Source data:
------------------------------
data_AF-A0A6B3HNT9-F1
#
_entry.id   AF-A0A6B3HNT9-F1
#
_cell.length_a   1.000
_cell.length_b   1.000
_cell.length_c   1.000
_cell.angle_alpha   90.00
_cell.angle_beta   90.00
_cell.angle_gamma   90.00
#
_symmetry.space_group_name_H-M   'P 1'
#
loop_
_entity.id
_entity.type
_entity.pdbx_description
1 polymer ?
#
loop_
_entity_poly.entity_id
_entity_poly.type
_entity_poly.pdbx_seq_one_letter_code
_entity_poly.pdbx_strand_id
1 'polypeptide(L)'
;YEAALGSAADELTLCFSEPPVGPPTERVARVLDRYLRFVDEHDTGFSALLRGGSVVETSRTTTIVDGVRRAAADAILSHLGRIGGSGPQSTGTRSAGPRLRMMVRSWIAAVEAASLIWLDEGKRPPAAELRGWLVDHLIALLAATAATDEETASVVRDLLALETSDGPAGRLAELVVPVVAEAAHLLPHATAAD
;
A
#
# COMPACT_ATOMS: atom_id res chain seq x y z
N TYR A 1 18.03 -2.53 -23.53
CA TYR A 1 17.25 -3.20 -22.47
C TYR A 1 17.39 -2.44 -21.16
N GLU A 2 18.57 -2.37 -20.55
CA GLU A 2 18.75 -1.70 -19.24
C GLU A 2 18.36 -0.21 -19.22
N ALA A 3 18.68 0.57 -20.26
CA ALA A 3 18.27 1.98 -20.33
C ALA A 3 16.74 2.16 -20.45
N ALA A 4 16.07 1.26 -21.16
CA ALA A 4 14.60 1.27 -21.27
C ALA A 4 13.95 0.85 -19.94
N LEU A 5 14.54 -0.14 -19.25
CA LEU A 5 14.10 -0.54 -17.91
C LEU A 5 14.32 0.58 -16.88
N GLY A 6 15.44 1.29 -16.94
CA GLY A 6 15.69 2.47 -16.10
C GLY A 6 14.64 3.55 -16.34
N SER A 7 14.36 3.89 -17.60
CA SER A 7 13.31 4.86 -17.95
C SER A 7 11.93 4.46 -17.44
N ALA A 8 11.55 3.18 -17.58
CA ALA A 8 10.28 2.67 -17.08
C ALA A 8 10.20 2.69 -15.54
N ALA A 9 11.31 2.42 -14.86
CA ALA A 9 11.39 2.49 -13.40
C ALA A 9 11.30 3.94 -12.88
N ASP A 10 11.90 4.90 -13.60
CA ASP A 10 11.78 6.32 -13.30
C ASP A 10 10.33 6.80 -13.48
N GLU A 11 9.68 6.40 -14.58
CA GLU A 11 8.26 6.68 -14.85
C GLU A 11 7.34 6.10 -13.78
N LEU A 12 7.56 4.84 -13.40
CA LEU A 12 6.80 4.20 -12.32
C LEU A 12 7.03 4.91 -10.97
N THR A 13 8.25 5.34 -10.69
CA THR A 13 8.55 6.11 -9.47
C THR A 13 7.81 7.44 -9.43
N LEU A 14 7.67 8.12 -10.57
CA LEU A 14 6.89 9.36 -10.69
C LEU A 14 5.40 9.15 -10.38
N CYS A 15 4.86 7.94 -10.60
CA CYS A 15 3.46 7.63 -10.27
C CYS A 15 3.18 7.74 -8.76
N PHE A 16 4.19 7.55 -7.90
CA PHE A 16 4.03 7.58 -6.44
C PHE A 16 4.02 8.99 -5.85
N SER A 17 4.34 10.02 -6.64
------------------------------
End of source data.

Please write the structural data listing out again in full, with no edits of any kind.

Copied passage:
data_AF-A0A6B3HNT9-F1
#
_entry.id   AF-A0A6B3HNT9-F1
#
_cell.length_a   1.000
_cell.length_b   1.000
_cell.length_c   1.000
_cell.angle_alpha   90.00
_cell.angle_beta   90.00
_cell.angle_gamma   90.00
#
_symmetry.space_group_name_H-M   'P 1'
#
loop_
_entity.id
_entity.type
_entity.pdbx_description
1 polymer ?
#
loop_
_entity_poly.entity_id
_entity_poly.type
_entity_poly.pdbx_seq_one_letter_code
_entity_poly.pdbx_strand_id
1 'polypeptide(L)'
;YEAALGSAADELTLCFSEPPVGPPTERVARVLDRYLRFVDEHDTGFSALLRGGSVVETSRTTTIVDGVRRAAADAILSHLGRIGGSGPQSTGTRSAGPRLRMMVRSWIAAVEAASLIWLDEGKRPPAAELRGWLVDHLIALLAATAATDEETASVVRDLLALETSDGPAGRLAELVVPVVAEAAHLLPHATAAD
;
A
#
# COMPACT_ATOMS: atom_id res chain seq x y z
N TYR A 1 18.03 -2.53 -23.53
CA TYR A 1 17.25 -3.20 -22.47
C TYR A 1 17.39 -2.44 -21.16
N GLU A 2 18.57 -2.37 -20.55
CA GLU A 2 18.75 -1.70 -19.24
C GLU A 2 18.36 -0.21 -19.22
N ALA A 3 18.68 0.57 -20.26
CA ALA A 3 18.27 1.98 -20.33
C ALA A 3 16.74 2.16 -20.45
N ALA A 4 16.07 1.26 -21.16
CA ALA A 4 14.60 1.27 -21.27
C ALA A 4 13.95 0.85 -19.94
N LEU A 5 14.54 -0.14 -19.25
CA LEU A 5 14.10 -0.54 -17.91
C LEU A 5 14.32 0.58 -16.88
N GLY A 6 15.44 1.29 -16.94
CA GLY A 6 15.69 2.47 -16.10
C GLY A 6 14.64 3.55 -16.34
N SER A 7 14.36 3.89 -17.60
CA SER A 7 13.31 4.86 -17.95
C SER A 7 11.93 4.46 -17.44
N ALA A 8 11.55 3.18 -17.58
CA ALA A 8 10.28 2.67 -17.08
C ALA A 8 10.20 2.69 -15.54
N ALA A 9 11.31 2.42 -14.86
CA ALA A 9 11.39 2.49 -13.40
C ALA A 9 11.30 3.94 -12.88
N ASP A 10 11.90 4.90 -13.60
CA ASP A 10 11.78 6.32 -13.30
C ASP A 10 10.33 6.80 -13.48
N GLU A 11 9.68 6.40 -14.58
CA GLU A 11 8.26 6.68 -14.85
C GLU A 11 7.34 6.10 -13.78
N LEU A 12 7.56 4.84 -13.40
CA LEU A 12 6.80 4.20 -12.32
C LEU A 12 7.03 4.91 -10.97
N THR A 13 8.25 5.34 -10.69
CA THR A 13 8.55 6.11 -9.47
C THR A 13 7.81 7.44 -9.43
N LEU A 14 7.67 8.12 -10.57
CA LEU A 14 6.89 9.36 -10.69
C LEU A 14 5.40 9.15 -10.38
N CYS A 15 4.86 7.94 -10.60
CA CYS A 15 3.46 7.63 -10.27
C CYS A 15 3.18 7.74 -8.76
N PHE A 16 4.19 7.55 -7.90
CA PHE A 16 4.03 7.58 -6.44
C PHE A 16 4.02 8.99 -5.85
N SER A 17 4.34 10.02 -6.64